Richard Kramer, Deputy Chief Executive at the Deafblind charity Sense highlights the importance of social care for deafblind and disabled people
Last year was incredibly challenging for many deafblind and disabled people. Changes to the welfare system including the transfer from DLA to PIP and ongoing issues with Work Capability Assessments and Employment Support Allowance have left many struggling financially. But the biggest struggle for many is getting the support they need from social care.
When we talk about social care it is essential that we don’t just limit our thinking to helping people get washed and dressed or cooking meals. This kind of support is vital for many, but it isn’t where it ends. Deafblind people will often need a much broader range of support; communicator guides to help them move around safely and have the opportunity to get out the house or perhaps the support of an interpreter to help communicate with friends are just 2 examples. Social care can support many different aspects of a person’s life, from basic needs to ensure that they have a social life and the opportunity to make and maintain friendships. This broader support is essential for an individual’s emotional and physical wellbeing and should not be overlooked.
At the end of 2014 the Care Act was introduced, a landmark piece of legislation for social care. For the first time, it looks at both health and social care and crucially takes in to account the general wellbeing of those that need social care. However, there are several barriers that might prevent them from fulfilling this.
Eligibility is a long term issue in social care. This means that those who are considered not to have a high enough level of need, will not receive any support. All too often the bar is set far too high. In fact, a recent study by the London School of Economics (LSE) showed that there are 500,000 people who would have got care in 2009 but are no longer receiving it. Their needs may have not changed, but the threshold at which social care is set means that people can’t get into the system of social care in the first place.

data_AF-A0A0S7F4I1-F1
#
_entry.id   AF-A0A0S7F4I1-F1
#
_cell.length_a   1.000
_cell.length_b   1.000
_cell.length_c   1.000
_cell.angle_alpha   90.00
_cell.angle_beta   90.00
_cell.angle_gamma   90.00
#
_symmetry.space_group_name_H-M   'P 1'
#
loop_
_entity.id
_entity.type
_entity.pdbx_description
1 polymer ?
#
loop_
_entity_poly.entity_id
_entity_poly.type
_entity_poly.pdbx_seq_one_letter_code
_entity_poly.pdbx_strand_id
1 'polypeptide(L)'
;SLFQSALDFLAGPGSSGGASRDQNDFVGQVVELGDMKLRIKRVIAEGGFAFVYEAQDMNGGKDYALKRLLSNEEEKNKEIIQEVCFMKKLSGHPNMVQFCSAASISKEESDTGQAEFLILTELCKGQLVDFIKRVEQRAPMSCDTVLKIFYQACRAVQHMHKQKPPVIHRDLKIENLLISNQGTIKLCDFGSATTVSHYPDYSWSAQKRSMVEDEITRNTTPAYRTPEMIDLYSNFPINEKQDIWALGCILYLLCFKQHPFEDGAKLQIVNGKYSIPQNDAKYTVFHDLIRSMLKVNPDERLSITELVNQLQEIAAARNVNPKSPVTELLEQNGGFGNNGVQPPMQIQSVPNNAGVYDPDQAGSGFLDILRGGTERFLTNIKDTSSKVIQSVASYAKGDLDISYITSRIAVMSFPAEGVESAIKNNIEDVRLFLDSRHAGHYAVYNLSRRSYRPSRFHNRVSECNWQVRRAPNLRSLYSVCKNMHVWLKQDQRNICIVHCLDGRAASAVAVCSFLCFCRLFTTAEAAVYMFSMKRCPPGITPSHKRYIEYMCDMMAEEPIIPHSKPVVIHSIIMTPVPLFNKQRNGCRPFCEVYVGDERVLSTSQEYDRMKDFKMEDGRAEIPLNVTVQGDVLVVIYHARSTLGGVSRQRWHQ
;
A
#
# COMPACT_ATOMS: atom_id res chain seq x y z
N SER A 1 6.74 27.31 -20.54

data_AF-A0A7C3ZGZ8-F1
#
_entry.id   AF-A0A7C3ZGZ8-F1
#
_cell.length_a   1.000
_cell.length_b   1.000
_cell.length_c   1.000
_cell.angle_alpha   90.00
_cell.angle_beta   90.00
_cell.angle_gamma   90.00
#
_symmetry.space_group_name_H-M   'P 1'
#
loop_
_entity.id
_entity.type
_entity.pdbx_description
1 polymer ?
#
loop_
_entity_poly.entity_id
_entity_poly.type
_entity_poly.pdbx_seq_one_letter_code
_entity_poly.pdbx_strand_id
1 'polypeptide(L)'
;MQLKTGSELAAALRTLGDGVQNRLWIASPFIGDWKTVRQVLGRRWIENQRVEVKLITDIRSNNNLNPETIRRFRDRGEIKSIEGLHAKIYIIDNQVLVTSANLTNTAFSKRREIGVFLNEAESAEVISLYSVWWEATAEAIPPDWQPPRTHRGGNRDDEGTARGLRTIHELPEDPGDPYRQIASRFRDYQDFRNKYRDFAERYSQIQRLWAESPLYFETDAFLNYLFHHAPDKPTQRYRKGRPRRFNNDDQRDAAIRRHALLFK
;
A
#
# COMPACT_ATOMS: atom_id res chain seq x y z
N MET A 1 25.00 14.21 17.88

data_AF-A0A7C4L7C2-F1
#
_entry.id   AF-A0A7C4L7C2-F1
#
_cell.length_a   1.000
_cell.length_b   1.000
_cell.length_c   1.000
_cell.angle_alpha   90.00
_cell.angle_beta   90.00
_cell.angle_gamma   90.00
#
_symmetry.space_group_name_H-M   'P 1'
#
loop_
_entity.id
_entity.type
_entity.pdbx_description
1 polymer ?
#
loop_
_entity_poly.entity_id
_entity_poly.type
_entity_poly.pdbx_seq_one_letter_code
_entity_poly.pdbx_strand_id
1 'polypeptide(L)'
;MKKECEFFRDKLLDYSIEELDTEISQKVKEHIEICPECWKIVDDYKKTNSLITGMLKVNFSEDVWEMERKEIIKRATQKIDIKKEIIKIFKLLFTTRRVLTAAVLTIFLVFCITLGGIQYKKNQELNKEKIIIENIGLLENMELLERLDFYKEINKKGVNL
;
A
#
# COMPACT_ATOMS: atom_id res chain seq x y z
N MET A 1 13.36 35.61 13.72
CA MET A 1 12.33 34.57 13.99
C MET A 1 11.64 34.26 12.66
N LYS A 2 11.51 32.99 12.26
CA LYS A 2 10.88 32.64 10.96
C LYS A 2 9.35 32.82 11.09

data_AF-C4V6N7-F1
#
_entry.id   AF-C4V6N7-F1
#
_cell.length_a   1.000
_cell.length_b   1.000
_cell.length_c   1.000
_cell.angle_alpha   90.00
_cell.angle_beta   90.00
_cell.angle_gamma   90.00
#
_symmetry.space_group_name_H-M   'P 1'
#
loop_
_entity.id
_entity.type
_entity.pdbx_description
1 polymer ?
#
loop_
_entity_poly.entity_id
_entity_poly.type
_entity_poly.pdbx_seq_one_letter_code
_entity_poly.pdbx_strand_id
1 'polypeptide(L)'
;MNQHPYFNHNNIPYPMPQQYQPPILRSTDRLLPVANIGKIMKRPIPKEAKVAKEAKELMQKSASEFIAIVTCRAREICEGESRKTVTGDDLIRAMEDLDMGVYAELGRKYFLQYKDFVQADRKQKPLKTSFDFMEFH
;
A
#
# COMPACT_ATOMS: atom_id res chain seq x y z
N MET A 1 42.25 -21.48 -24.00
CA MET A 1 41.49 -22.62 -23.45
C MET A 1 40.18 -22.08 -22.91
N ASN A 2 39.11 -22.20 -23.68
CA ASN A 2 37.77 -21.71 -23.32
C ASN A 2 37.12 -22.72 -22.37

This rationing of social care is a false economy. Social care has a central role in delivering cost-effective, early intervention services. As people struggle on without the care they need they might become more susceptible to falls, or struggle with nutrition and a healthy diet, leading to hospital admissions and an increased burden on the NHS. This winter overcrowded A&E department’s hospital waiting times and delays in hospital discharge have remained high on the media agenda. Without a social care system fit for purpose this will continue.
One of the main barriers to the Care Act fulfilling its potential is funding. If the central government does not release enough funds to local authorities to fully implement the Act it will be built on sand. The NHS is high on the public agenda, and it will be a key issue for the general election in 2015. However, social care will not feature as highly and as a result, securing the funding will always be a challenge.
As the population ages, the number of people who rely on social care for support will increase. This makes it an issue for us all. We need to get social care right for the future and in order to do this, it must be higher up the political agenda.
Deputy Chief Executive